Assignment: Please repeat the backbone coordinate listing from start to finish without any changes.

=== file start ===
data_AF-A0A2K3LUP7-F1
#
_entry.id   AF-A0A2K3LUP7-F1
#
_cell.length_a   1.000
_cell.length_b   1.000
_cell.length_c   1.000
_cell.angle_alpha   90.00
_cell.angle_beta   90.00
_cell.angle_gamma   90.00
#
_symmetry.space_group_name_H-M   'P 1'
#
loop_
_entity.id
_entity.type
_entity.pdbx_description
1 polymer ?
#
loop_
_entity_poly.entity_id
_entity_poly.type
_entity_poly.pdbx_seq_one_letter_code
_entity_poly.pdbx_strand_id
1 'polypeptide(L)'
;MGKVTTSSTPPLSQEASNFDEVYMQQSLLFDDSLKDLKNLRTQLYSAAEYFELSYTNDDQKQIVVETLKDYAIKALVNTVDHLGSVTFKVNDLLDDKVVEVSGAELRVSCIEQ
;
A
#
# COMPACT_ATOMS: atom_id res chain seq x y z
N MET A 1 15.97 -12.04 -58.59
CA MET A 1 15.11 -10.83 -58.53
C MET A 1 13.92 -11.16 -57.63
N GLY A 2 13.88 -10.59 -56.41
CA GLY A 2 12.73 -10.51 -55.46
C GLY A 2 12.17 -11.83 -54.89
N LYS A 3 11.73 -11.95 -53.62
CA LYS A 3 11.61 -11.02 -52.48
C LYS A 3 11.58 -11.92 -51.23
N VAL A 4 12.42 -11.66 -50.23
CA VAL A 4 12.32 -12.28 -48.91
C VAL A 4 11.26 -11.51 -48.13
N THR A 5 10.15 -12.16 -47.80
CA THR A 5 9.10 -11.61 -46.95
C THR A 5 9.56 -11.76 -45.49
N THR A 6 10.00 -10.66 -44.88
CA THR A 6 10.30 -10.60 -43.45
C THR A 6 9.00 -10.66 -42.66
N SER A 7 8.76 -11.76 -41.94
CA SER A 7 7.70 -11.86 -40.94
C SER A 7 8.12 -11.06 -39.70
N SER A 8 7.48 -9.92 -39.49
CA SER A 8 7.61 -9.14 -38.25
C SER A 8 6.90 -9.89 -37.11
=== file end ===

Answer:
data_AF-A0A2K3LUP7-F1
#
_entry.id   AF-A0A2K3LUP7-F1
#
_cell.length_a   1.000
_cell.length_b   1.000
_cell.length_c   1.000
_cell.angle_alpha   90.00
_cell.angle_beta   90.00
_cell.angle_gamma   90.00
#
_symmetry.space_group_name_H-M   'P 1'
#
loop_
_entity.id
_entity.type
_entity.pdbx_description
1 polymer ?
#
loop_
_entity_poly.entity_id
_entity_poly.type
_entity_poly.pdbx_seq_one_letter_code
_entity_poly.pdbx_strand_id
1 'polypeptide(L)'
;MGKVTTSSTPPLSQEASNFDEVYMQQSLLFDDSLKDLKNLRTQLYSAAEYFELSYTNDDQKQIVVETLKDYAIKALVNTVDHLGSVTFKVNDLLDDKVVEVSGAELRVSCIEQ
;
A
#
# COMPACT_ATOMS: atom_id res chain seq x y z
N MET A 1 15.97 -12.04 -58.59
CA MET A 1 15.11 -10.83 -58.53
C MET A 1 13.92 -11.16 -57.63
N GLY A 2 13.88 -10.59 -56.41
CA GLY A 2 12.73 -10.51 -55.46
C GLY A 2 12.17 -11.83 -54.89
N LYS A 3 11.73 -11.95 -53.62
CA LYS A 3 11.61 -11.02 -52.48
C LYS A 3 11.58 -11.92 -51.23
N VAL A 4 12.42 -11.66 -50.23
CA VAL A 4 12.32 -12.28 -48.91
C VAL A 4 11.26 -11.51 -48.13
N THR A 5 10.15 -12.16 -47.80
CA THR A 5 9.10 -11.61 -46.95
C THR A 5 9.56 -11.76 -45.49
N THR A 6 10.00 -10.66 -44.88
CA THR A 6 10.30 -10.60 -43.45
C THR A 6 9.00 -10.66 -42.66
N SER A 7 8.76 -11.76 -41.94
CA SER A 7 7.70 -11.86 -40.94
C SER A 7 8.12 -11.06 -39.70
N SER A 8 7.48 -9.92 -39.49
CA SER A 8 7.61 -9.14 -38.25
C SER A 8 6.90 -9.89 -37.11